Charles Elmer “Rip” Taylor Jr. was an American actor and comedian who was known for his wild moustache, toupee, and habit of showering himself (and others) with confetti. The Hollywood Reporter said that he was “a mainstay on TV and in nightclubs for more than 60 years” and that he had made thousands of appearances in nightclubs and on TV.
On January 13, 1931, in Washington, DC, Charles Elmer Taylor Jr. was born to Elizabeth Sue Evans (1911-2000), a waitress and former government clerk, and Charles Elmer Taylor (died 1933), a musician. When he was only two years old, his father passed away.
Taylor had a difficult childhood, as detailed in his 2010 one-man show It Ain’t All Confetti, where he discussed his experiences with molestation in foster care and bullying at school. He went to the prestigious Capitol Page School as a teen.
Before joining the U.S. Army Signal Corps and serving in the Korean War, Taylor worked as a congressional page. Even though he was part of the Corps, he was transferred to Special Services, the military’s performing arm, and took the stage in Tokyo and Korea to entertain the troops.
Brief Information About Rip Talor
|January 13, 1931
|October 6, 2019
American actor and comedian
United States of America
Rip Talor Net Worth
According to CelebrityNetWorth, At the time of his passing in October 2019, American actor and comedian Rip Taylor had a $3 million net worth. Rip Taylor was well-known for his vivacious personality, appearances on numerous late-night shows, and roles in a huge range of television programs and motion pictures.
His debut performance was as a voice actor in the 1962 television series The Jetsons. I’d Rather Be Rich, which came out in 1964, marked Taylor’s feature film debut. He played Jack Merrill in the television series The Brady Bunch Variety Hour in 1977.
From 2002 to 2003, Taylor played Rappin’ Rip in the television series Life with Bonnie. He has provided the voices for several animated series, including Scooby-Doo Goes Hollywood, What’s New, Scooby-Doo?, Scooby-Doo and the Monster of Mexico, The Emperor’s New School, Tom, and Jerry: The Movie, Garfield and Friends, The Addams Family, and A Flintstones Christmas Carol.
Rip Talor Career and Professional Life
Life Before Television and Film
After joining the US Army, he began performing stand-up comedy in bars and restaurants around the world, as well as for the troops. He began his nightclub career in the mid-1950s, working in strip clubs. He stole the majority of the jokes from USO shows.
It became his first signature piece, in which he pretended to cry while begging the audience to laugh. As his popularity grew, he began to perform all over Miami Beach, Florida. His life was turned upside down when a booking agent for The Ed Sullivan Show caught him performing. He made about twenty appearances, which boosted his popularity.
Film and television
After being discovered by the Ed Sullivan Show, he appeared as a guest on The Jackie Gleason Show during the 1963-1964 season. His most famous and iconic confetti-tossing gag debuted on The Merv Griffin Show in the 1960s, when he was making a name for himself as a stand-up comic.
He was the opening act for Eleanor Powell’s dance show in the 1970s and was named Las Vegas Entertainer of the Year three times. Talor appeared in two Monkees episodes and one Revolution per Monkee episode. He voiced the title character in the Here Comes the Grump cartoon series in the 1970s, and Uncle Fester in the second edition of The Addams Family cartoon series in 1992.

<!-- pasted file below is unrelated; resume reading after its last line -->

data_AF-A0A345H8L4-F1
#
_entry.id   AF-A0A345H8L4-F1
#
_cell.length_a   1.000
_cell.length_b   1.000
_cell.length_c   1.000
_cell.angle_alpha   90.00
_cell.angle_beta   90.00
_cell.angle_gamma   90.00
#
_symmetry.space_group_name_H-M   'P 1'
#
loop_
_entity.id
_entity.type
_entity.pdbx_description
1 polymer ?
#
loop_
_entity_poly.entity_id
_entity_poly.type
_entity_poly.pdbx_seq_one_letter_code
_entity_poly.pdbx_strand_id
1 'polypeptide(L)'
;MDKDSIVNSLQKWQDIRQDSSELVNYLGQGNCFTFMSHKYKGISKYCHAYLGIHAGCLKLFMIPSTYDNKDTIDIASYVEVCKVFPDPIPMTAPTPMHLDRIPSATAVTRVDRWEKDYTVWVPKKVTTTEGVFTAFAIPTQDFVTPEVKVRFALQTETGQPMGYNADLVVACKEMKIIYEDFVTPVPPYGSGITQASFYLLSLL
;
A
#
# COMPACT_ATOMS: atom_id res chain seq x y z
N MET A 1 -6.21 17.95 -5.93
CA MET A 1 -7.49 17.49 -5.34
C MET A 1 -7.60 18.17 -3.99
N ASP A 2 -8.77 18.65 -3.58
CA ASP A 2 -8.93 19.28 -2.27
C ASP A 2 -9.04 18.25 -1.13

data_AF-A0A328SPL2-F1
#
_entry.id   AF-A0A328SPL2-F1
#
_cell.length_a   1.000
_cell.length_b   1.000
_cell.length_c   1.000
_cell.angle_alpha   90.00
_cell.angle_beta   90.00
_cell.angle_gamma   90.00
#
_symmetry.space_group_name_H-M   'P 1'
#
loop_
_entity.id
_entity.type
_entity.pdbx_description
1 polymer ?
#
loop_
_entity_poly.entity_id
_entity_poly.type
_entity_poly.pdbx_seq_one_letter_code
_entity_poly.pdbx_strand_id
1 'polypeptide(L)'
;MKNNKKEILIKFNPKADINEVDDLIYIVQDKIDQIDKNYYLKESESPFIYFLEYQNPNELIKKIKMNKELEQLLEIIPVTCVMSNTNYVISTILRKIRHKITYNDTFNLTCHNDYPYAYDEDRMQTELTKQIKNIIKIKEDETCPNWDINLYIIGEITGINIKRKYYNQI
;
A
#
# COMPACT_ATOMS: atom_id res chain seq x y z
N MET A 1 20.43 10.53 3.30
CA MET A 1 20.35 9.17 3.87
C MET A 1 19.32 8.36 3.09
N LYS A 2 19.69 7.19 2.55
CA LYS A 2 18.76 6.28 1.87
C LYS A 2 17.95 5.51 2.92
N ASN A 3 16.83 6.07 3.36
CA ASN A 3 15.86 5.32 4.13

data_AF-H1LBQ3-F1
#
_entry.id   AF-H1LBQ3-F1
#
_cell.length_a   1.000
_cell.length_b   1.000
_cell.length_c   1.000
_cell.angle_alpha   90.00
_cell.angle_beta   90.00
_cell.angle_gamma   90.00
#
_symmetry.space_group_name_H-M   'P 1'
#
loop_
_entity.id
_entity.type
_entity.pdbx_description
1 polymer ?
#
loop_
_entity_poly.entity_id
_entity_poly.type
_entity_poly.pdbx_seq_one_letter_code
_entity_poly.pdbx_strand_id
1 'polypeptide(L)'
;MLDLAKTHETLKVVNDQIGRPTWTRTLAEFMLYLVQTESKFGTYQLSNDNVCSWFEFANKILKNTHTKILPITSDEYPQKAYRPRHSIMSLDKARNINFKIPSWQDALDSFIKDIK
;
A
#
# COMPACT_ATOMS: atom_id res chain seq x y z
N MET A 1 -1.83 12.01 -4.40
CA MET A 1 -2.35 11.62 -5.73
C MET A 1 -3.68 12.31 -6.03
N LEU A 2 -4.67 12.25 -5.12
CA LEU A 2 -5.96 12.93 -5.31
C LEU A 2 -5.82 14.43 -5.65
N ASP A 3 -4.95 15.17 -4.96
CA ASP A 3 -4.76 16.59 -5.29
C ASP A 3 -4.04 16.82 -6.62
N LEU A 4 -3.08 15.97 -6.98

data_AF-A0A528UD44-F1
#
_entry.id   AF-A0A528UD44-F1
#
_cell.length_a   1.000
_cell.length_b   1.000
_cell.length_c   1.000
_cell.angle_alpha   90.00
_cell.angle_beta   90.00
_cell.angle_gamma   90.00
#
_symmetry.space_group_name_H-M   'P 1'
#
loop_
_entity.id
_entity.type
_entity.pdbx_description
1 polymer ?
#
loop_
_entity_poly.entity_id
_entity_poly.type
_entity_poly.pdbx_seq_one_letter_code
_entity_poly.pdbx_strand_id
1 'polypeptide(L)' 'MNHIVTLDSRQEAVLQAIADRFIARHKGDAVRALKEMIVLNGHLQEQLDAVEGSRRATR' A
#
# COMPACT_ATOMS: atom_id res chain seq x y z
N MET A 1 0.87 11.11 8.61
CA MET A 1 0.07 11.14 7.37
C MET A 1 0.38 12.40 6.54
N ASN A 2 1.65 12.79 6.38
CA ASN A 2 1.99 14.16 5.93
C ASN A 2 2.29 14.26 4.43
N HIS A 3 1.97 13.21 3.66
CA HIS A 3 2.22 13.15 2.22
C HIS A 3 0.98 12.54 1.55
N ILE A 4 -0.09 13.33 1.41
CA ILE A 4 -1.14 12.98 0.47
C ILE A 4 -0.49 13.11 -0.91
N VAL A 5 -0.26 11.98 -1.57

In the 1970s, he appeared on shows such as Hollywood Squares, To Tell the Truth, The Gong Show, The Brady Bunch Hour, The $1.98 Beauty Programmes, and others. He appeared as a celebrity on the 1990 version of Match Game. In 1990, he played the genie in DuckTales the Movie: Treasure of the Lost Lamp.
In 1997, he appeared in the film Beyond Belief: Fact or Fiction. His shows include Brotherly Love, Zork: Grand Inquisitor, and Will & Grace. He appeared in films such as The Happy Hooker Goes to Washington, Chatterbox, and Things Are Tough All Over. In addition, in the 1993 film Indecent Proposal, he played Demi Moore’s boss.
In 1966, he embarked on his first large-scale live tour with Judy Garland and Eleanor Powell in Las Vegas. He appeared in a musical comedy in 1981. On occasion, he appeared in Debbie Reynolds’ live act in Las Vegas. In addition, in 2010, he appeared in the one-man show It Ain’t All Confetti in North Hollywood.
Rip Talor Personal Life
Taylor was married to Las Vegas showgirl Rusty Rowe for a number of years. In the early 1960s, they split up. Over the years, there have been many rumors about Taylor’s sexuality. Some said he was openly gay, but Taylor never confirmed or denied this. His publicist says that he was in a long-term relationship with Robert Fortney at the time of his death.
Taylor died at Cedars-Sinai Medical Center in Los Angeles, California, on October 6, 2019. He had been taken to the hospital the week before for an epileptic seizure, and his death certificate said that heart failure was also a cause of death. After that, his ashes were spread out at sea in Hawaii.
Charles Elmer “Rip” Taylor Jr. was an American actor and comedian. He was known for his wild moustache, toupee, and habit of showering himself with confetti. Rip Taylor had a $3 million net worth at the time of his death. After joining the US Army, he began performing stand-up comedy in bars and restaurants. His most famous and iconic confetti-tossing gag debuted on The Merv Griffin Show.
He voiced the title character in the Here Comes the Grump cartoon series. In the 1970s, he appeared on shows such as Hollywood Squares. Rip Talor died at Cedars-Sinai Medical Center in Los Angeles on October 6, 2019. He had been taken to the hospital the week before for an epileptic seizure. His death certificate said that heart failure was also a cause of death.